Supportive for prevention and pain relief
Are you among the estimated 10% of people who have a heel spur? Then you’ll know how painful a heel spur is and that feeling as though you are constantly walking on a thumb tack. Here’s the good news: with targeted heel spur exercises, you can actively soothe it yourself. Most people can be rid of their pain with heel spur exercises, without needing any surgery.
With heel spur treatment, it’s especially important to restore the natural tensile characteristics of the tissue running along the sole of your foot (your plantar fascia). You should also work on improving mobility in your sacroiliac joint. That’s because excessive tension in your calf and foot muscles make a heel spur more likely. As a final step in your heel spur therapy, you should strengthen your foot muscles.
Do these heel spur exercises three to five times per week for optimum results.
Do the heel spur exercises also as pain prevention.
In your foot, myofascial tender points are most common in places where the connective tissue attaches to the bone (the enthesis). This is true whether your heel spur is on the underside or at the back of your foot. You can do a myofascial self-massage to help you reduce the pain. If you have a heel spur on the bottom of your foot (inferior heel spur), loosen tightness in the sole of your foot. If your heel spur is on the back of your heel (posterior heel spur), treat your calf/Achilles tendon. Be careful: don’t put too much pressure on the painful point of the heel spur.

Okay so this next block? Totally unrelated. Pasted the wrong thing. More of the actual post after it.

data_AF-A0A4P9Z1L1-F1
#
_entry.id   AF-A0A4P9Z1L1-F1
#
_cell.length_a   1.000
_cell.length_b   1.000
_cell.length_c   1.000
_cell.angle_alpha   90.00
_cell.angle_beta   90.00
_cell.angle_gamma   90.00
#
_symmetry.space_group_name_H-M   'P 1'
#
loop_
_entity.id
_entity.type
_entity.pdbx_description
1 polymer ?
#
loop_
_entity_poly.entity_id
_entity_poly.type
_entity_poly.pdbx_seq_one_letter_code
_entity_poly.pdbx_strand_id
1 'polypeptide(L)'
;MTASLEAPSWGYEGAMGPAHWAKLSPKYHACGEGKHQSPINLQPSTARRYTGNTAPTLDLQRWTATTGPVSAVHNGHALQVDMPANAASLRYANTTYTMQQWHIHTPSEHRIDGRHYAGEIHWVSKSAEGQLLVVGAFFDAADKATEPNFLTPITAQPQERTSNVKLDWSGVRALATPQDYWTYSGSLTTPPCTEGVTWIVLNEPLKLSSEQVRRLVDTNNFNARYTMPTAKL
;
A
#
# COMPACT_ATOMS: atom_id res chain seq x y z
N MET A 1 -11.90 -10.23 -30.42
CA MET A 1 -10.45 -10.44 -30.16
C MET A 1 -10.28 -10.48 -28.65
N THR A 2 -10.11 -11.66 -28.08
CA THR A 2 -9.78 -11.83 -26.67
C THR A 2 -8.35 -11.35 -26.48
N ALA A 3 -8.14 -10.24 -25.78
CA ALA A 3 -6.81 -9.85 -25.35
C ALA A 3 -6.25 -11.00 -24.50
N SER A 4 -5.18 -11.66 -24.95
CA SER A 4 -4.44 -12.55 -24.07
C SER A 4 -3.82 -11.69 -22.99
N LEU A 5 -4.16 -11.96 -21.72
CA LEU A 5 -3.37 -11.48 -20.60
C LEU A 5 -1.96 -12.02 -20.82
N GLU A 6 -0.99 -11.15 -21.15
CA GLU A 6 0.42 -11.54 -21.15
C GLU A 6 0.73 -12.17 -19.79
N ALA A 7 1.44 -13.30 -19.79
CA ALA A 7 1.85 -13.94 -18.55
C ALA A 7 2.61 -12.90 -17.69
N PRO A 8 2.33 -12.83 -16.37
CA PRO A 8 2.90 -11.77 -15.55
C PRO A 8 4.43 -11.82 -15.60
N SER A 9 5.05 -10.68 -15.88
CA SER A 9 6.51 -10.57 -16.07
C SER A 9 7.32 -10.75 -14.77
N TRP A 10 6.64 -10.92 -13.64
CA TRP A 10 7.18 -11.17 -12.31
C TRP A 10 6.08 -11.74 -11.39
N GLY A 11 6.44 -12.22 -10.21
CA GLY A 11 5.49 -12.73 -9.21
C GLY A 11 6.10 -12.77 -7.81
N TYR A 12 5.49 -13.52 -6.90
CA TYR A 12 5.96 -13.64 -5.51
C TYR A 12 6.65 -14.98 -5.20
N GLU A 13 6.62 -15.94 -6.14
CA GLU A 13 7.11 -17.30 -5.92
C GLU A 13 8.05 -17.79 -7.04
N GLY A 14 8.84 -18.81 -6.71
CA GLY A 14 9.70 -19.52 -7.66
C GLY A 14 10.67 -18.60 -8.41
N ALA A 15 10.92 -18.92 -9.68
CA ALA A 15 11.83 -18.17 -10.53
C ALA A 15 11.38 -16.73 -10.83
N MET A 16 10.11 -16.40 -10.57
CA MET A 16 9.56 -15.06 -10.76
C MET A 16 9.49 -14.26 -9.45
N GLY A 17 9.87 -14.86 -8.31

Standing up, place the MINI centrally under the sole of your foot, and let your toes hang loosely down. Shift your weight onto the foot that’s on the MINI fascia roller.
Sit on the floor with legs outstretched. Plant one foot down on the floor with the knee up, and place the other calf onto the DUOBALL. Depending on the size of your calf, the smaller 8 cm or the larger 12 cm DUOBALL might be better for you when doing this heel spur treatment.
After your myofascial self-massage, use the BLACKROLL® TRIGGER TMX® to release deep fascial adhesions. You can use the acupressure technique to work selectively into areas of deep tightness. If you have a heel spur on the bottom of your foot (inferior heel spur), work on the sole of your foot. If your heel spur is on the back of your heel (posterior heel spur), trigger your calf muscles. Here, we show you two variants of heel spur therapy.
Sit on a stool, place the TRIGGER on the floor and put your foot on it. Maintain slight pressure. This is how you trigger the painful spot.
Start by sitting down with your legs stretched out. Place the TRIGGER on the floor and lay your calf on it. Seek out the point where you feel the most pain.
You can reduce tension by doing targeted stretching exercises. Lack of movement in the sacroiliac joint (SIJ) often causes heel spurs. This creates blocks and increased tension in the calf and plantar fascia. The result is inflammation. You should therefore increase mobility in your sacroiliac joint (SIJ) as well as in your ankle.
Start in an upright standing position, placing the ball of your foot onto the MINI. Bend your knee and shift your body forward to increase the stretch in your calf muscles and in the sole of your foot.
Place the BLACKROLL® on the floor and lay the lower part of your sacrum onto it. Using your hands, draw one leg toward your chest. Keep the other leg outstretched. Slowly rock back and forth with your outstretched leg.
Finish your heel spur treatment with an activation exercise. Gentle bouncing movements will strengthen your foot and calf muscles. Our aim is to stimulate connective tissue regeneration.
Stand in an upright position, feet hip-width apart. Keep a slight bend in your knees. Do gentle bouncing movements on the spot.
"When your foot strikes the ground, you feel like you’ve stepped onto a thumb tack.”